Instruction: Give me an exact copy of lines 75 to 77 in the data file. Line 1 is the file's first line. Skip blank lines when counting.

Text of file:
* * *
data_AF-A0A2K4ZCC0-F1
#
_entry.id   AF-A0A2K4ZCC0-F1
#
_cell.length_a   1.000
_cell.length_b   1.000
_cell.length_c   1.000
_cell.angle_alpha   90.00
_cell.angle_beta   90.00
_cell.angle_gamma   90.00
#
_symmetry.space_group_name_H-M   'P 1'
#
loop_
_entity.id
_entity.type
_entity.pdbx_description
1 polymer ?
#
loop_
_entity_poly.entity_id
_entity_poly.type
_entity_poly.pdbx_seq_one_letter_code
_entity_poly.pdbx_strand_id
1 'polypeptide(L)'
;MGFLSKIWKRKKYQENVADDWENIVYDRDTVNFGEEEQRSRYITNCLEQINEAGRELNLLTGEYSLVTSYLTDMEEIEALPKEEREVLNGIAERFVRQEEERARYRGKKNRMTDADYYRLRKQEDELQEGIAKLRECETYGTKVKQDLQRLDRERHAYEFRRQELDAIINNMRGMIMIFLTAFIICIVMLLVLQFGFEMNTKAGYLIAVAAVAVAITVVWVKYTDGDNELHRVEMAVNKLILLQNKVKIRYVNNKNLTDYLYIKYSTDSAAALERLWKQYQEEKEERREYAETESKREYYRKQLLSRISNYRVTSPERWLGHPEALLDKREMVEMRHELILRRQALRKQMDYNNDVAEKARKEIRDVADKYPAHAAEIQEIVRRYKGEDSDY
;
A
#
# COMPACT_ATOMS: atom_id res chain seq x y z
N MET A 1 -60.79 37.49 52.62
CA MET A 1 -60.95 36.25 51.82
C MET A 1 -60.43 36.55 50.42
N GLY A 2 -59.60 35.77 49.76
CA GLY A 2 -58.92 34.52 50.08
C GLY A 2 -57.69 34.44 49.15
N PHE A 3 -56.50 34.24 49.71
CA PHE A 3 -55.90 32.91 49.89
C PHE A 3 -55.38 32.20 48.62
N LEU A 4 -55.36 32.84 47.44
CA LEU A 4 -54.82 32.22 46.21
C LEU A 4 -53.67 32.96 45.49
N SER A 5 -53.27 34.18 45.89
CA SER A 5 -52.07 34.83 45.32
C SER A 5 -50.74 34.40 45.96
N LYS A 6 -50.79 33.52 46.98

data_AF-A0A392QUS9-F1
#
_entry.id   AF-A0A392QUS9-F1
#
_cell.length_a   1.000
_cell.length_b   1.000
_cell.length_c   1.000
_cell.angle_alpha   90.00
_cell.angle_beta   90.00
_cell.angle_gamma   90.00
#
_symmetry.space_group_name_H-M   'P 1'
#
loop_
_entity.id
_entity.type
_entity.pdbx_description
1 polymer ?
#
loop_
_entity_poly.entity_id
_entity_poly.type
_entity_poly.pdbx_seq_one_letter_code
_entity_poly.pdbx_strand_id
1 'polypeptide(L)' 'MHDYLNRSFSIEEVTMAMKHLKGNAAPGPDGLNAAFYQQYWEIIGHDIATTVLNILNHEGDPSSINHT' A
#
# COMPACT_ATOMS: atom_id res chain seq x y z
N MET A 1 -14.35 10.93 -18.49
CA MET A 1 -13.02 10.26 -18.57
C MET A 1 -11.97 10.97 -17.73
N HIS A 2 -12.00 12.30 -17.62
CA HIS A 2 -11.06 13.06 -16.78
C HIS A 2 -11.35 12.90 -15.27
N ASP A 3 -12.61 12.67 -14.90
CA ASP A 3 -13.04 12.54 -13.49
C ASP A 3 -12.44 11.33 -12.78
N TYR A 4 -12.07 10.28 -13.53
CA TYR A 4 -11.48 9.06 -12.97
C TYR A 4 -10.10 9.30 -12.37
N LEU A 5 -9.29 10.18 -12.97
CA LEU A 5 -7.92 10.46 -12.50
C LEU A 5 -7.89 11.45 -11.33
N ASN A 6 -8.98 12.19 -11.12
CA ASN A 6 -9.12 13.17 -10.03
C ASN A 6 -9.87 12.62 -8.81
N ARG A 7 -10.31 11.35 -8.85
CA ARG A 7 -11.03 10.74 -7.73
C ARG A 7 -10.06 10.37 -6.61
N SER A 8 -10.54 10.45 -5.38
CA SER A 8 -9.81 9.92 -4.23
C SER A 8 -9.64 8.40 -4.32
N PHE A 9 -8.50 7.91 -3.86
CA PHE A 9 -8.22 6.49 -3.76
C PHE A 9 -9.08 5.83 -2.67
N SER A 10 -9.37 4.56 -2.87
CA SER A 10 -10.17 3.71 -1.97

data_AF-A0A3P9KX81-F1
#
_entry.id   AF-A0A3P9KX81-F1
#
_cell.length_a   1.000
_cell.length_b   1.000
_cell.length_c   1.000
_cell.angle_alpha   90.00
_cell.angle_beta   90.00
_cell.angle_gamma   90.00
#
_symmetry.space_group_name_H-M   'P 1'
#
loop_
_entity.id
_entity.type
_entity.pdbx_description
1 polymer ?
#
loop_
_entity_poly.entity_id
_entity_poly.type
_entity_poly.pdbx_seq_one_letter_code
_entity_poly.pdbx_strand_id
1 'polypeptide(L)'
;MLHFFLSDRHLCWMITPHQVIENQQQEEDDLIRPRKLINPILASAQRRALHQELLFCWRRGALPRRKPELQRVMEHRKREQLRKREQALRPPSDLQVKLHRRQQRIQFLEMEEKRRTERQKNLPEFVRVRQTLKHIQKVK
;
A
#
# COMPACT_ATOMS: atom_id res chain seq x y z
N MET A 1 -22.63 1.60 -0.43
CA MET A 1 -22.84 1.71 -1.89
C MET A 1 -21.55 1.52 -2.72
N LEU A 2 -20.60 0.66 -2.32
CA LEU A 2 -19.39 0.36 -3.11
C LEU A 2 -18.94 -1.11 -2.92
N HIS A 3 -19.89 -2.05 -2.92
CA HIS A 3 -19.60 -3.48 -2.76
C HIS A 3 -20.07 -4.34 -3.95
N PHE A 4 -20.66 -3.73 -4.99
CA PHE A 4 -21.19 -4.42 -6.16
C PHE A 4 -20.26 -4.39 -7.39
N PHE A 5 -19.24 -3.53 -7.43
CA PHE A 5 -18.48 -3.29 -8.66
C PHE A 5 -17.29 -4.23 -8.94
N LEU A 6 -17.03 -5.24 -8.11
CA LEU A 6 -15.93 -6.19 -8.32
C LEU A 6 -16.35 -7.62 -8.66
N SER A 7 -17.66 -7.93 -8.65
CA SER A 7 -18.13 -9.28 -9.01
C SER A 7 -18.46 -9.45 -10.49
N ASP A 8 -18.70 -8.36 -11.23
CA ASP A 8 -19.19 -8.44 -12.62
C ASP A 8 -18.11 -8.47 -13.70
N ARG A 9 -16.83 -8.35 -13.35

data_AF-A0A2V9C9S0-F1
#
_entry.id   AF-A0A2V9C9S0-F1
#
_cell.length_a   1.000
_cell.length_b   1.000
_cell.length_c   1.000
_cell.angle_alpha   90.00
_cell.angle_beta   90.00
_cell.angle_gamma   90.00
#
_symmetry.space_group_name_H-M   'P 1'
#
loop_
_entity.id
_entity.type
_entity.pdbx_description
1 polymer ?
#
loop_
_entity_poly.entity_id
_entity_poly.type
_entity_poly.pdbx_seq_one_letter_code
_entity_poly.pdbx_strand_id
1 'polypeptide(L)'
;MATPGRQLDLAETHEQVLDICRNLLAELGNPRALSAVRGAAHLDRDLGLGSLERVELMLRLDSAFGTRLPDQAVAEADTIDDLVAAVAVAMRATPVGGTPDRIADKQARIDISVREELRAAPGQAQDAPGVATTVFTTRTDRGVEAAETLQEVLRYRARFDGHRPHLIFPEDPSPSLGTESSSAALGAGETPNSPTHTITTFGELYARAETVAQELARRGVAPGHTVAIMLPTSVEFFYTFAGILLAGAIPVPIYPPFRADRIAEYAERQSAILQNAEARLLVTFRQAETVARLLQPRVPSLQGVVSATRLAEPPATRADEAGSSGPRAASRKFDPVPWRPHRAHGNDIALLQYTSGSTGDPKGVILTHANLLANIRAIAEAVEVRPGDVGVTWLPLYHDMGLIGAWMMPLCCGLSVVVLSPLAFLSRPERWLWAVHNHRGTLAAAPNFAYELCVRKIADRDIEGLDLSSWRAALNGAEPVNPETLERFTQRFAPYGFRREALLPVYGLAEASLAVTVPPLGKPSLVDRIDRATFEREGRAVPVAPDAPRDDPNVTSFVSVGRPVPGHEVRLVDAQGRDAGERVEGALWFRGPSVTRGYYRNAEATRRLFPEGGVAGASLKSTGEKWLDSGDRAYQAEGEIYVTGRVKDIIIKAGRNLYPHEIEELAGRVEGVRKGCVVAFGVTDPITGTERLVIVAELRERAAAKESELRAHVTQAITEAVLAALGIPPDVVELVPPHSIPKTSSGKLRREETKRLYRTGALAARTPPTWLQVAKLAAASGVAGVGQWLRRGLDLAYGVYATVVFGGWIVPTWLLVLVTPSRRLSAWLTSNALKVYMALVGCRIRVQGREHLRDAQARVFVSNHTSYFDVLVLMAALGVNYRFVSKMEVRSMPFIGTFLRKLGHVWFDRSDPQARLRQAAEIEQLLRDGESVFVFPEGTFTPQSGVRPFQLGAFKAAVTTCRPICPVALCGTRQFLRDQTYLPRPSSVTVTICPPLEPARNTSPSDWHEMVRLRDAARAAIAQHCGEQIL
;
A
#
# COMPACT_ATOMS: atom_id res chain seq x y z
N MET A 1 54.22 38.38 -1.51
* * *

CA MET A 1 -13.02 10.26 -18.57
C MET A 1 -11.97 10.97 -17.73
N HIS A 2 -12.00 12.30 -17.62